The LWF Blog
Fire Engineering Design and Risk Assessment – Sprinkler System Installations – Part 24December 5, 2017 11:28 am
In LWF’s Fire Engineering blog series for Architects and others in the building design business, we have been looking recently at Sprinkler Systems. In Part 23, we discussed methods of water delivery to the sprinkler heads and ascertained that ‘wet installations’ were the most commonly used type of sprinkler system, meaning that the system is constantly charged with water, ready for operation. In Part 24, we will give an overview of alternate wet and dry installations and dry installations.
As mentioned, a wet installation sprinkler system is most appropriate where there will be no substantial changes in temperature, i.e. the temperature will not go below zero or above 70°C, whereas an alternate wet and dry installation is a sprinkler which is designed for use where the temperature is expected to be below freezing in the Winter months.
During the milder weather, the system operates as a standard wet installation, where the water is charged in the pipes ready for use. Prior to the colder weather, the system should be drained and the control valves set to Winter operation. It is important that the draining is done thoroughly, as any water left in the pipes can freeze and could cause a blockage when water is sent through them to the sprinkler heads.
When the valves are set to Winter, the pipework of the sprinkler system is charged with a small amount of air pressure. If a fire is detected and a sprinkler head operates, the air pressure reduces and the control valve is activated, allowing water through the pipes to the sprinkler head. Once the weather is more consistently warm, the system should be switched back to wet operation.
One potential issue with the operation of an alternate wet and dry installation is the slight delay caused by the water reaching the sprinkler head in the colder months. It is the case that the amount of sprinkler heads which may operate from this type of system are restricted to less than that of a wet installation. To help overcome this issue, in some cases an exhauster or accelerator is fitted to the valve set which helps to charge the system with water more quickly when detecting a drop in air pressure.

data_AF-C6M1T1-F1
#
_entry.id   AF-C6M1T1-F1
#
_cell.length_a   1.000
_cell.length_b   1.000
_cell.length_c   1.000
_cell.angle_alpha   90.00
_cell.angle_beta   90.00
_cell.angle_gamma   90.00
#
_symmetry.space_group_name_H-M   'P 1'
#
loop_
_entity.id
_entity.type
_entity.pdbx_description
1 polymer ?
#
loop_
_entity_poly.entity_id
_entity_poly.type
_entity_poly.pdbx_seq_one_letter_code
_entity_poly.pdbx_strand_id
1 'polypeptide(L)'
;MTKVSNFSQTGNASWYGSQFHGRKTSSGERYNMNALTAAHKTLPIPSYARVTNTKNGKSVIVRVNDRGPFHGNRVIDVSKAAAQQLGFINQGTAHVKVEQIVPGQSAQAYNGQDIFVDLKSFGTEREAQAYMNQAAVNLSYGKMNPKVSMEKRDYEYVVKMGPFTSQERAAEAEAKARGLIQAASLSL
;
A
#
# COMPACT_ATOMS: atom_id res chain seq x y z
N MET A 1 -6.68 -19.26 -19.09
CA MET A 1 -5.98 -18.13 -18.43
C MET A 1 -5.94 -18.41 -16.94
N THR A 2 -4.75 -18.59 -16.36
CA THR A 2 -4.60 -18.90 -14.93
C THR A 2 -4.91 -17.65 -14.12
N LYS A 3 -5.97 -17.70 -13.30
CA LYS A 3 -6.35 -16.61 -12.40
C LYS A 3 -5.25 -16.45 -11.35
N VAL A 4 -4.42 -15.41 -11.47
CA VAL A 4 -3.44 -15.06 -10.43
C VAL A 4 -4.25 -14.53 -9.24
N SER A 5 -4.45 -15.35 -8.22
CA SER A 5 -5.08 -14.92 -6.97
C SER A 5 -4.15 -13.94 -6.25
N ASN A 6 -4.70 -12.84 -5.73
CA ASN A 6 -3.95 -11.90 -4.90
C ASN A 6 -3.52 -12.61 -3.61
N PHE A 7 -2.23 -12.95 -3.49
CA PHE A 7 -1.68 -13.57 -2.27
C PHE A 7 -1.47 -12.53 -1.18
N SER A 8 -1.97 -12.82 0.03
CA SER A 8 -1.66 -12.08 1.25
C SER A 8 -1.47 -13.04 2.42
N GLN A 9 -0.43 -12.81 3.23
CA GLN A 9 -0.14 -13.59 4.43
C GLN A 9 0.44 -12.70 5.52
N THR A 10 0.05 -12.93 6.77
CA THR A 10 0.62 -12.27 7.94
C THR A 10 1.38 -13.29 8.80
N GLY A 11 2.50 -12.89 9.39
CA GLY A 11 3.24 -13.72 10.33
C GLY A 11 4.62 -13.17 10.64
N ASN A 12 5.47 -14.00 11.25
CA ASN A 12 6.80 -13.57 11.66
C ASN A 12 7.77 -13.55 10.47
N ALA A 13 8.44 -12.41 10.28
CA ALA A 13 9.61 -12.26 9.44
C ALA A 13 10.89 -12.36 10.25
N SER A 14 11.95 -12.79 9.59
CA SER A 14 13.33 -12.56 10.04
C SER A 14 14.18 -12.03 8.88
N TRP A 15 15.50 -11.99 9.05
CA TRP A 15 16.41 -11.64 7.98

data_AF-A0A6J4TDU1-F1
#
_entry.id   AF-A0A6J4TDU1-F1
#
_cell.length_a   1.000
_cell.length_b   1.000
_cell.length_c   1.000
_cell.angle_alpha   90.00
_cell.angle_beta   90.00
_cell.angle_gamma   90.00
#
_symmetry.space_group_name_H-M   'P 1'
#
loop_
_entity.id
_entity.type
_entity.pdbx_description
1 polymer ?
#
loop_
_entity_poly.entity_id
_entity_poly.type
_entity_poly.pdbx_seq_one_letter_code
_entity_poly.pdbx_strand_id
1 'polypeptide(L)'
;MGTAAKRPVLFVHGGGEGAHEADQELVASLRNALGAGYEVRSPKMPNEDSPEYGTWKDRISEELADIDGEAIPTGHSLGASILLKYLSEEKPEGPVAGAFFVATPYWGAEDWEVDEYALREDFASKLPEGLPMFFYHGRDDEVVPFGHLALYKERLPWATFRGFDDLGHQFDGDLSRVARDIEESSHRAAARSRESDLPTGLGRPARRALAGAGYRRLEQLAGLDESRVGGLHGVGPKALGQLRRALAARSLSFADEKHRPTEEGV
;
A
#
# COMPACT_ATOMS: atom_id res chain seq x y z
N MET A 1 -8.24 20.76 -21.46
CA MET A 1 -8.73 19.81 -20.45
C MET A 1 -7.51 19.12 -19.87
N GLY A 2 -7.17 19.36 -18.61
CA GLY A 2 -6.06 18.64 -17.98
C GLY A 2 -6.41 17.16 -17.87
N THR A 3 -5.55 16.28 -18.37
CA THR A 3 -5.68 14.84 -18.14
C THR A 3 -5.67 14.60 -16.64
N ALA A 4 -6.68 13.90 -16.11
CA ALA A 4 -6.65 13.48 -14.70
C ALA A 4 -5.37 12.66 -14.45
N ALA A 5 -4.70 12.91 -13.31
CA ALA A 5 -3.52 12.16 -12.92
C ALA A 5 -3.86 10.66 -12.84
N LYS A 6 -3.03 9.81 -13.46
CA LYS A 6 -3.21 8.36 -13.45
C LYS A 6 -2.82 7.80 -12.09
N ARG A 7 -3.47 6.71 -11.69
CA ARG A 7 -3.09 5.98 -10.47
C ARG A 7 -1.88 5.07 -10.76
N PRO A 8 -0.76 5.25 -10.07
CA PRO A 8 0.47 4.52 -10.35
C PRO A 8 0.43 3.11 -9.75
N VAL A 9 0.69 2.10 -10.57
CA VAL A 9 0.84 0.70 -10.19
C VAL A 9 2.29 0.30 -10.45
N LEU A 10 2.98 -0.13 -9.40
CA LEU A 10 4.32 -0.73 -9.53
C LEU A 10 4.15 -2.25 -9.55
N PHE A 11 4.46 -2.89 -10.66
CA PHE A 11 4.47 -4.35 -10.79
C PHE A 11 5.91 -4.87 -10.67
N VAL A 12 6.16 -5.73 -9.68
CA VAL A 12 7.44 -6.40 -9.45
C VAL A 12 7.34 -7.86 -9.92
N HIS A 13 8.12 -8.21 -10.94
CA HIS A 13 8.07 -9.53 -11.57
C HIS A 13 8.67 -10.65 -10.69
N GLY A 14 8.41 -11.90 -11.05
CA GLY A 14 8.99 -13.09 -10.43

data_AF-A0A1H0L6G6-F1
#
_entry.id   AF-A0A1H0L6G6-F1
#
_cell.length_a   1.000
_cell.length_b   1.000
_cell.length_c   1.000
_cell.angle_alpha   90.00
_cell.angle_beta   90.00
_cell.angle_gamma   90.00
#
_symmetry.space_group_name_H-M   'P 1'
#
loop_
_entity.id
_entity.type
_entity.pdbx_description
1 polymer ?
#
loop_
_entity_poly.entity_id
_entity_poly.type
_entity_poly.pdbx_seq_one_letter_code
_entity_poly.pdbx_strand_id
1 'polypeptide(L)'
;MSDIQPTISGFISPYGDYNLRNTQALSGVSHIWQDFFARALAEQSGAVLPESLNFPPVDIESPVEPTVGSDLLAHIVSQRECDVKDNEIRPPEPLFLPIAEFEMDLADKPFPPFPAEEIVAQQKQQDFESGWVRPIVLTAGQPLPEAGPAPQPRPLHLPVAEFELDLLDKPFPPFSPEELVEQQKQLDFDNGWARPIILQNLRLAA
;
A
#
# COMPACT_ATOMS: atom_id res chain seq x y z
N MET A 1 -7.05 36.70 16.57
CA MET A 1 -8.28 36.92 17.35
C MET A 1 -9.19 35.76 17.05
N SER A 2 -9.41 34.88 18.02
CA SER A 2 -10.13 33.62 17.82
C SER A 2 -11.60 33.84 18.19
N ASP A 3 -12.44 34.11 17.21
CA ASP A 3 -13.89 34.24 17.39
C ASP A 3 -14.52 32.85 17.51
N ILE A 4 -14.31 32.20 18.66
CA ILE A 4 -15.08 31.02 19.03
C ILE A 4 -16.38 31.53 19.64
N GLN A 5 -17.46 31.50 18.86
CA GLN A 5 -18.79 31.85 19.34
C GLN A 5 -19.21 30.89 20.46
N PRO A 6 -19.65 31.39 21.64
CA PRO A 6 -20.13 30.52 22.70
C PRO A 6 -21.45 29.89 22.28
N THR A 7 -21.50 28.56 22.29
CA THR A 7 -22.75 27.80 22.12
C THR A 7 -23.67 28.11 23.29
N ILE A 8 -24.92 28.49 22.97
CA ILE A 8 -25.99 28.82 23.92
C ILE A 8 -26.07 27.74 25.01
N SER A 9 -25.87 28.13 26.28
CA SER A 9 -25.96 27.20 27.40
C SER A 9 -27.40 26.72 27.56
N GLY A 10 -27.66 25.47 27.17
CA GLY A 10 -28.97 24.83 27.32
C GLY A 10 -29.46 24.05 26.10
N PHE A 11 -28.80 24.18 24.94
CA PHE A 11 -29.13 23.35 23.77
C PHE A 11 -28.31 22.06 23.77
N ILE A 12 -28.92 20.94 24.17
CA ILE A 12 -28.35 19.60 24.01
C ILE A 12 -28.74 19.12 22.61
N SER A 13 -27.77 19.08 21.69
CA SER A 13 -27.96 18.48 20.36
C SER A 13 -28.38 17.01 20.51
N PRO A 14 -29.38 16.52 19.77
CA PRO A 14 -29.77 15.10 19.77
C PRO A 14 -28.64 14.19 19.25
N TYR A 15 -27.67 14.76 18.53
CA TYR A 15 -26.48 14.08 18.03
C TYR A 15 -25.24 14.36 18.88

Wet and dry installations are not suitable for high hazard storage risks and conditions where the temperature may exceed 70°C.
A dry installation works in largely the same way as a wet and dry installation does during the Winter months, with the exception that they are suitable for operating conditions which exceed 70°C. They should only be considered for use in areas where neither a wet nor a wet and dry installation can be used.
In Part 25 of this series, LWF will look at other types of sprinkler system installation and the types of use they can be put to. In the meantime, if you have any questions about this blog, or wish to discuss your own project with one of our fire engineers, please contact us.
Lawrence Webster Forrest has been working with their clients for over 25 years to produce innovative and exciting building projects. If you would like further information on how LWF and fire strategies could assist you, please contact Peter Gyere on 020 8668 8663.
While care has been taken to ensure that information contained in LWF’s publications is true and correct at the time of publication, changes in circumstances after the time of publication may impact on the accuracy of this information.